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namgaj

Original Poster:

3 posts

77 months

[news] 
Thursday 22nd November 2007 quote quote all
I know that there has been some debate on the oil additive subject.
I carried out a simple test recently and added some to the engine oil when running. There was an instant increase in rev's presumably due to reduced friction.

After this submitted car to a 1000 mile "test" (usual driving conditions over a 3 week period). It recorded 32.5 miles per gallon. (its a 4x4 diesel on semi synthetic oil) when in the past it had always returned around 29.4

I dont know why the oil companies dont include this stuff in the oil themselves but at this time it does seem to work.

Parrot of Doom

23,075 posts

114 months

[news] 
Thursday 22nd November 2007 quote quote all
Or you could just put the correct grade oil in your car to begin with. Or is this an advertisement?

Globulator

13,131 posts

111 months

[news] 
Thursday 22nd November 2007 quote quote all
namgaj said:
There was an instant increase in rev's presumably due to reduced friction.
Probably due to the crank-case breather when you took the oil cap off.
Regardless of cause however the idle control should work to prevent fluctuating idle however - so you may have a fault.

namgaj said:
I dont know why the oil companies dont include this stuff in the oil themselves
Because engine oil simply doesn't need additional additives. Engine oil already has an additive pack - created by brilliant, well paid people in big labs. The most likely result of a foreign additive is to screw that up so it can't work properly any more - by unbalancing their careful work.

Or are you claiming that oil companies are no good at making oil?

namgaj said:
but at this time it does seem to work.
There is no evidence for this - you yourself admit that in your post. Wishful thinking of the money spent I fear.

(Edited for quoting)

Edited by Globulator on Thursday 22 November 18:52

waxaholic

291 posts

79 months

[news] 
Thursday 22nd November 2007 quote quote all
that what i would call shot down in flames.having an opinion on the net leaves you open to it.

Mars

7,123 posts

94 months

[news] 
Thursday 22nd November 2007 quote quote all
Slick 50 used to be the brand of choice for this but someone posted a comprehensive put-down of it one one of the forums somewhere.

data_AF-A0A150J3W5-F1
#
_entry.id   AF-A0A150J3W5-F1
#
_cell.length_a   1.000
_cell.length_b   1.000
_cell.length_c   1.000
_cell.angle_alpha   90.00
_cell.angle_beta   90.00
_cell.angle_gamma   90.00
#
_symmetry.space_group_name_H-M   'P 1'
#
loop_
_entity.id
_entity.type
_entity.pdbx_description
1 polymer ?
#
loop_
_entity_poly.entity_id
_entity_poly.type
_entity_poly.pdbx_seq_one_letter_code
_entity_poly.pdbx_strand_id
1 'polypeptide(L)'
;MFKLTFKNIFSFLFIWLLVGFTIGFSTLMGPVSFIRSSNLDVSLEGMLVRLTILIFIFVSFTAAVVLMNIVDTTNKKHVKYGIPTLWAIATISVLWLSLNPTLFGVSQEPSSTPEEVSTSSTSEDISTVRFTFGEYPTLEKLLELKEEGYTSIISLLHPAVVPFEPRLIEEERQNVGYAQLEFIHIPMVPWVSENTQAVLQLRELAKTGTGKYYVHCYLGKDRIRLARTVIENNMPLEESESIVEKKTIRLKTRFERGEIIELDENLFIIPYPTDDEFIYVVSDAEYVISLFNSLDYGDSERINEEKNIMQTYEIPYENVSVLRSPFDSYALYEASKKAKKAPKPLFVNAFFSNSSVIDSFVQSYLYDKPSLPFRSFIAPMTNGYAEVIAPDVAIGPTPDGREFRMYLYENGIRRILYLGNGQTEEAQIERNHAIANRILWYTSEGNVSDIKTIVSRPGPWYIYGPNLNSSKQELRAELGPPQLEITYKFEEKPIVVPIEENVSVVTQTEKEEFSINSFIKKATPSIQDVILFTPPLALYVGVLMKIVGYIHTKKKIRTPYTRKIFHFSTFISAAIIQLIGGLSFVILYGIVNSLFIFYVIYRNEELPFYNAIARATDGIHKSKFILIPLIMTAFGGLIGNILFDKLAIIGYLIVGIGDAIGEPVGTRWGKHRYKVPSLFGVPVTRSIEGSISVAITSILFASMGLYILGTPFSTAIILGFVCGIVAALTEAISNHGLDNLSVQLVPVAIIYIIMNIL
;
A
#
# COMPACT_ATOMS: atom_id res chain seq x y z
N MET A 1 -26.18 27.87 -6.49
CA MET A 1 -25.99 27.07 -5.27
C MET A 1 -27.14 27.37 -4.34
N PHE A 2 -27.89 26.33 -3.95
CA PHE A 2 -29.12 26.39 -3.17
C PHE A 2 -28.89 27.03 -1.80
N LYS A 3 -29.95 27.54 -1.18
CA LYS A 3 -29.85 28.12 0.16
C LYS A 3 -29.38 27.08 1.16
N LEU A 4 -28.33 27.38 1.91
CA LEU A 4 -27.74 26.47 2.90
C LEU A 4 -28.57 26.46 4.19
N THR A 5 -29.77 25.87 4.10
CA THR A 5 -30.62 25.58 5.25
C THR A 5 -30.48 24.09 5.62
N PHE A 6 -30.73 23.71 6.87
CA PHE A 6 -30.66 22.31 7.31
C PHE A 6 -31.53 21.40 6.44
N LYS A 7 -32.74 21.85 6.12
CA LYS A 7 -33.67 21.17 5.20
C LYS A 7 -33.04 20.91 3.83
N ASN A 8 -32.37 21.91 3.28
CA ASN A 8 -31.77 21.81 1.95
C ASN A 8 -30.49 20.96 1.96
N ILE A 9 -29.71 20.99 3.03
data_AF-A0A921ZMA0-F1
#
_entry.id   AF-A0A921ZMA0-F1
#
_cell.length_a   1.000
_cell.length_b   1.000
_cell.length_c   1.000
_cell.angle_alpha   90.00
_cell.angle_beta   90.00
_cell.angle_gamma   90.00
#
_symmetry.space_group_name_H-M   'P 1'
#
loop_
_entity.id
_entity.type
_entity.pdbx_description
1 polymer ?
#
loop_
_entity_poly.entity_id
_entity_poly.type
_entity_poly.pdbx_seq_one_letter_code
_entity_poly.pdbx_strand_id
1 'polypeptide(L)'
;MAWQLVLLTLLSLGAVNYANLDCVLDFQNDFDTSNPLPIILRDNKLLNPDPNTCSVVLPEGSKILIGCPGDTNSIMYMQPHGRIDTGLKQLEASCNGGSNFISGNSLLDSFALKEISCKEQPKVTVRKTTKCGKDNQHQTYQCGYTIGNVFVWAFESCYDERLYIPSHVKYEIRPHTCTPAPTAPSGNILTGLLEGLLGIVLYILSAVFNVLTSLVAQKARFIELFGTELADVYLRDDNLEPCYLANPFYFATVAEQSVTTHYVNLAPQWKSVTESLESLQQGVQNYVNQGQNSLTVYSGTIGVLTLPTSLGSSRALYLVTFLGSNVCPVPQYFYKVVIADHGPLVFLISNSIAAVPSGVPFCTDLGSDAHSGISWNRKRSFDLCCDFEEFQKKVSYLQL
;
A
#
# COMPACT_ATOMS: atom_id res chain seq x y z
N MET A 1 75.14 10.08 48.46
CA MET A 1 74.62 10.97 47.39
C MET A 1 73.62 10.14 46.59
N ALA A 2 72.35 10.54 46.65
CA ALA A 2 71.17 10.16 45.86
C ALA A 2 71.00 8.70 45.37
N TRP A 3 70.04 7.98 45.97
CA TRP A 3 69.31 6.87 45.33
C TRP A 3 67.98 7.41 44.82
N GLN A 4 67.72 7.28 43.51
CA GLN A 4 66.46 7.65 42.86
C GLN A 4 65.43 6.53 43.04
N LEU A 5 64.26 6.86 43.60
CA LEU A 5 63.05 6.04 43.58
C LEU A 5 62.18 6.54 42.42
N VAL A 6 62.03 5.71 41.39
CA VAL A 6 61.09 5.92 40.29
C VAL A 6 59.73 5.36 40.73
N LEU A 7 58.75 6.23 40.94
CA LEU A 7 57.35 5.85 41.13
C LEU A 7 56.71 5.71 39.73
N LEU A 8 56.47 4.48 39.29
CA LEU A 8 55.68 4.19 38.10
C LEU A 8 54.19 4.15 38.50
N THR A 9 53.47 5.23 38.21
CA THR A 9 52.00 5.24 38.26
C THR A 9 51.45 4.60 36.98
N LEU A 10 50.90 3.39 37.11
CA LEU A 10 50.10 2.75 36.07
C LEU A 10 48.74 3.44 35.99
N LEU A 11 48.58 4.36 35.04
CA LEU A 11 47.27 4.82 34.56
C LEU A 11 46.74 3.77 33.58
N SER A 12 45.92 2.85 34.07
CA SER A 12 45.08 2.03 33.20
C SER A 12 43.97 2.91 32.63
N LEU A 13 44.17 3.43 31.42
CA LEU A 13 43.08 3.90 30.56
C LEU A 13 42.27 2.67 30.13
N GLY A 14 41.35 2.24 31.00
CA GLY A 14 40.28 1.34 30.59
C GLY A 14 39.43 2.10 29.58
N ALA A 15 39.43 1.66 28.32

Wouldn't think of degrading my Mobil 1 by any such crap.
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redgriff500

9,065 posts

143 months

[news] 
Thursday 22nd November 2007 quote quote all
I've certainly used Molyslip in noisy diffs etc and it works a treat.

I'd suggest whilst a newer car with little wear doesn't gain any benefit from additives, older ones frequently can.

aw51 121565

3,658 posts

113 months

[news] 
Friday 23rd November 2007 quote quote all
I've used Molyslip in an old Mini, and the car ran better for it - but I was on the dole then and bought cheap motor factor branded oil.

Nowadays I can get semi-synthetic 10w/40 labelled as being made by a world class manufacturer for under a tenner a gallon (with inflation, a lot cheaper than the motor factor branded stuff just on its own), which I use in a carburettor-equipped, 39,000 miles 1980s family saloon. I see no need for the molyslip now...

Jaguar steve

3,142 posts

90 months

[news] 
Friday 23rd November 2007 quote quote all
redgriff500 said:
I've certainly used Molyslip in noisy diffs etc and it works a treat.

I'd suggest whilst a newer car with little wear doesn't gain any benefit from additives, older ones frequently can.
That's the only time I'd consider using it. If the diff is noisy, then there's nothing to loose by trying some. A more effective route 'tho is to change from a typical EP 90 viscosity oil to a EP 140.

This goes against all conventional wisdom about staying within manufacturers guidelines, increases drag and would probrably increase fuel consumption too, but it works. I put Penrite EP140 in a car with a slightly noisy (not kanckered mind) diff and got an improvement in noise level.


rallycross

5,478 posts

117 months

[news] 
Friday 23rd November 2007 quote quote all
great stuff for quietening a worn/rummbly engine
not sure I'd use it for anything else though.

dern

13,055 posts

159 months

[news] 
Friday 23rd November 2007 quote quote all
Mars said:
Slick 50 used to be the brand of choice for this but someone posted a comprehensive put-down of it one one of the forums somewhere.
From memory it bunged up the filter and I imagine molyslip will do the same.

RobM77

24,781 posts

114 months

[news]